I’ve noticed a few Grade 6 math problems on Facebook that I’m sure Einstein would be embarrassed to see his picture on. I’m not sure which is sadder, that people consider a problem given to 11-year olds genius-level, or that only 50% of adults got the answer right.
I’m much more interested in the problems that FiveThirtyEight has been posting for their Riddler series. This week the problem involves cars getting stuck in traffic. Thankfully, not something I normally have to deal with, but I think I figured out the answer.
There is a very long, straight highway with some number of cars (N) placed somewhere along it, randomly. The highway is only one lane, so the cars can’t pass each other. Each car is going in the same direction, and each driver has a distinct positive speed at which she prefers to travel. Each preferred speed is chosen at random. Each driver travels at her preferred speed unless she gets stuck behind a slower car, in which case she remains stuck behind the slower car. On average, how many groups of cars will eventually form? (A group is one or more cars travelling at the same speed.)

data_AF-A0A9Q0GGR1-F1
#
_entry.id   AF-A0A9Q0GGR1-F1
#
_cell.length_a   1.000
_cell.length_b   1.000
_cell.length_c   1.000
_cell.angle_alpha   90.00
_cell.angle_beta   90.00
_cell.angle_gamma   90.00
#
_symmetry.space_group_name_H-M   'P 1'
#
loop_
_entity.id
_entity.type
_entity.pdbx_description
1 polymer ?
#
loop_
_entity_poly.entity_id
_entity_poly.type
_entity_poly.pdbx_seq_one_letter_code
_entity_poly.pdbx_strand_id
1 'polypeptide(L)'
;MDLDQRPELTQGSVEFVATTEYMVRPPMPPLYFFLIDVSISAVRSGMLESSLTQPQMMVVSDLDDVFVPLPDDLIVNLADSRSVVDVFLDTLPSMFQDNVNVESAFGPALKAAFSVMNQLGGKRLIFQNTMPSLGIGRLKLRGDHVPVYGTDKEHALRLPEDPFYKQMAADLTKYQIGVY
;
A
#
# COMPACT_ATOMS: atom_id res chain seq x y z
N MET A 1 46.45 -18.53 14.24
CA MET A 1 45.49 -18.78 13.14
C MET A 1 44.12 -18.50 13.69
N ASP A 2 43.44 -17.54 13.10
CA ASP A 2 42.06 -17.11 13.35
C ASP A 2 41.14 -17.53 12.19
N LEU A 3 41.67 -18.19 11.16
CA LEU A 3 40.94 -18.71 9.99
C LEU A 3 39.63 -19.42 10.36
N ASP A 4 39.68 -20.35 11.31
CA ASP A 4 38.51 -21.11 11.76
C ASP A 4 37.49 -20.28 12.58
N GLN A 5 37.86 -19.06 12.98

f(N) <- average number of car groups if there are N cars
f(0) = 0
f(1) = 1
If we have 2 cars there is 50% chance of the first car being faster, which would create 2 groups; and 50% chance of the 2nd car being faster and merging into a single group.
f(2) = 0.5 * 2 + 0.5 * 1 = 1.5
More generally, if we just consider the first 2 cars. There’s a 50% chance of there being a solo lead car plus the groups that form behind it, and a 50% chance of the first car merging into the group behind it. We can define the average number of cars recursively, where:
f(N) = 0.5 * (1 + f(N-1)) + 0.5 * f(N-1)
that equation reduces to:
f(N) = 0.5 + f(N-1)
testing it out:
f(2) = 0.5 + f(1) = 1.5
f(3) = 0.5 + f(2) = 2
f(4) = 0.5 + f(3) = 2.5
Which is an arithmetic series that can be reduced to:
f(N) = 0.5 + 0.5 * N
or more succinctly:
f(N) = 0.5 * (N + 1) (for N >= 1)
f(N) = 0 (for N < 1)